How are you different from a Neanderthal

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(ORDO NEWS) — What makes modern people unique? This question has long been a driving force for researchers.

The size of the brain and the production of neurons are probably the main reasons for the increase in cognitive abilities that has occurred in the course of evolution.

Researchers at the Max Planck Institute for Molecular Cell Biology and Genetics (MPI-CBG) in Dresden, Germany have shown that the modern human variant of the TKTL1 protein, which differs from the Neanderthal variant by only one amino acid, significantly affects the number of radial glial cells in the modern human brain.

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Neurons around the head

Basal radial glial cells generate the majority of neurons in the developing neocortex, a part of the brain that plays a role in complex cognitive processes.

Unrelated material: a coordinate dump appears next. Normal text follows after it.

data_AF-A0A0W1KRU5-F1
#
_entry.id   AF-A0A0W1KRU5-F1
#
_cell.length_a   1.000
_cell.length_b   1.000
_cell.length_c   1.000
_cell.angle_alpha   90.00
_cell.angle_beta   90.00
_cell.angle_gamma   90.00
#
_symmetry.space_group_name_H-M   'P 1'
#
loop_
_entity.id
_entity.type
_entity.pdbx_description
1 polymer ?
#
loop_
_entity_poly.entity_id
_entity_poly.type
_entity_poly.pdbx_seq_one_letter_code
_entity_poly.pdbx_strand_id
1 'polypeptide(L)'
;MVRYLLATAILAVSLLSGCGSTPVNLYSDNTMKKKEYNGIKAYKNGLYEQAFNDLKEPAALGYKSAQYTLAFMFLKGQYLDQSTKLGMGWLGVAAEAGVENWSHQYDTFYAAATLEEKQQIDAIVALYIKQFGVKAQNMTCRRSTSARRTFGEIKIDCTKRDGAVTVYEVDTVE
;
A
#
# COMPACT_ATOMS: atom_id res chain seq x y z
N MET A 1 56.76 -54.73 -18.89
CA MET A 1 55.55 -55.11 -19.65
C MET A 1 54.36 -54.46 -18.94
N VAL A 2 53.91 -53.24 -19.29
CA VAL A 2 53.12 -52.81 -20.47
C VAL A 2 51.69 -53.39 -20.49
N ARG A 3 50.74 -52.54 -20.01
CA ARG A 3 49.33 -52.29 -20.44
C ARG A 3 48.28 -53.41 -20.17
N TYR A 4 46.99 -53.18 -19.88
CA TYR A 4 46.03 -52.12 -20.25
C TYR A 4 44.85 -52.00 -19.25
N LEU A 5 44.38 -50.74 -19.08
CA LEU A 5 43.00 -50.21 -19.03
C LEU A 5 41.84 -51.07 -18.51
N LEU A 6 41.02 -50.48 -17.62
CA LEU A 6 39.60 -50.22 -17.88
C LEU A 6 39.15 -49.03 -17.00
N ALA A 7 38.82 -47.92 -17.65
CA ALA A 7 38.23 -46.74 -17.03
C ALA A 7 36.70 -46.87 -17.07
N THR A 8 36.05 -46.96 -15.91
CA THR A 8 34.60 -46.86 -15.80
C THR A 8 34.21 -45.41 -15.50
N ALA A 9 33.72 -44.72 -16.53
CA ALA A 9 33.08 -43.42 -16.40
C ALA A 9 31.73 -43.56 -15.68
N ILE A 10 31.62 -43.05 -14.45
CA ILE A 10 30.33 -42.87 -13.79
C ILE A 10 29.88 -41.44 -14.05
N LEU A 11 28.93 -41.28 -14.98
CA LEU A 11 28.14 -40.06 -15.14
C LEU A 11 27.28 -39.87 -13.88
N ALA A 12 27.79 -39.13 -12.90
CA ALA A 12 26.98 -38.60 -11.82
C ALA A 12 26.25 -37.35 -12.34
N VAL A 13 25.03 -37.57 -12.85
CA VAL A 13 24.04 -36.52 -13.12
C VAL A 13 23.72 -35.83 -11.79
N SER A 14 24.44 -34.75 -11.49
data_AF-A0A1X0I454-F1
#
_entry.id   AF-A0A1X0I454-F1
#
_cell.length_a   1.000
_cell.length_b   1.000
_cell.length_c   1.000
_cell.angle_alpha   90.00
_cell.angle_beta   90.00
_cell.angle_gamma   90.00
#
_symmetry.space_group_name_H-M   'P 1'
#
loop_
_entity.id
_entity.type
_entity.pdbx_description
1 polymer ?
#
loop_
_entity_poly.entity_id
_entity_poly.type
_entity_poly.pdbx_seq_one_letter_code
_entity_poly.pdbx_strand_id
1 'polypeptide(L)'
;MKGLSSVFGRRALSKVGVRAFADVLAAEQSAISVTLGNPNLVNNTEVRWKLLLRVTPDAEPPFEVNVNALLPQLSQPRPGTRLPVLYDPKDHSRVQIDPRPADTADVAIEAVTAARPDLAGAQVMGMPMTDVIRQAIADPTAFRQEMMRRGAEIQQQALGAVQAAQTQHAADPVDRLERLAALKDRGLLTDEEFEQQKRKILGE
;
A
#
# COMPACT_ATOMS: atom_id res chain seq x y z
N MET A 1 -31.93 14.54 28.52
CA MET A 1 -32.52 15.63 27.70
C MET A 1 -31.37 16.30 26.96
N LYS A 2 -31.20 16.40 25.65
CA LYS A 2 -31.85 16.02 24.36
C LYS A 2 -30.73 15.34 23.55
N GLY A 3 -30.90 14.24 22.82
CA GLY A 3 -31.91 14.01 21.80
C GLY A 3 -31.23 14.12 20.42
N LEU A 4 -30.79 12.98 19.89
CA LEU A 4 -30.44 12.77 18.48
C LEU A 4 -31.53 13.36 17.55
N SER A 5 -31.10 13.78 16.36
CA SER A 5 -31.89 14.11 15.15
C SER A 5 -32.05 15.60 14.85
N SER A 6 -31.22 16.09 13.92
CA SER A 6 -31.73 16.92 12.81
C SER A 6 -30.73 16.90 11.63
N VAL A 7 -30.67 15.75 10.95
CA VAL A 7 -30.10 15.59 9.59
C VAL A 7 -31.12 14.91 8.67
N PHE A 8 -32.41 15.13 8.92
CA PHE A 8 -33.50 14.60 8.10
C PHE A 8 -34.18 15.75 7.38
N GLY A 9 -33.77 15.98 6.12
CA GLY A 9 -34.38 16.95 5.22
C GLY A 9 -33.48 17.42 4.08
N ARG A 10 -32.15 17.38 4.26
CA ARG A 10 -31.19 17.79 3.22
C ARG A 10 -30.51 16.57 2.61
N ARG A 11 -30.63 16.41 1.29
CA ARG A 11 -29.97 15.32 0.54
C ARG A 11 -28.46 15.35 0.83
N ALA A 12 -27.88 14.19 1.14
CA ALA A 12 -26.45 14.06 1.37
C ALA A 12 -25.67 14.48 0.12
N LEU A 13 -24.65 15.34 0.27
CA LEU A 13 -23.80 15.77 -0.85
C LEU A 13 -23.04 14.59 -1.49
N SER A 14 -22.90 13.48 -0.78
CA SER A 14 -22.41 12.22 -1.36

And since TKTL1 activity is particularly high in the frontal lobe, the researchers concluded that this single human-specific amino acid substitution in TKTL1 explains why Homo sapiens have more neurons.

It is noted that earlier a comparison of the brain of a Neanderthal (Homo neanderthalensis) and a reasonable person (Homo sapiens) did not show any critical differences.

And the current study brings clarity, partly answering the question of how the number of neurons affects the development of mankind.

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How the study was done

During the experiments, the scientists compared the two versions of TKTL1 and how they affect the production of neurons in the neocortex of mouse embryos.

Thus, the number of cells in radial glia increased with the introduction of the TKTL1 protein from Homo sapiens, while the version of the protein from Neanderthals did not change their number in any way.

Therefore, the brains of already grown laboratory mice with arginine-containing TKTL1 had a large number of neurons.

“Our work implies that the production of neurons in the neocortex during fetal development in modern humans is higher than in Neanderthals, especially in the frontal lobe,” said Wieland Hattner, who led the study.

“It is tempting to suggest that this contributed to the development of the cognitive abilities of modern man.”


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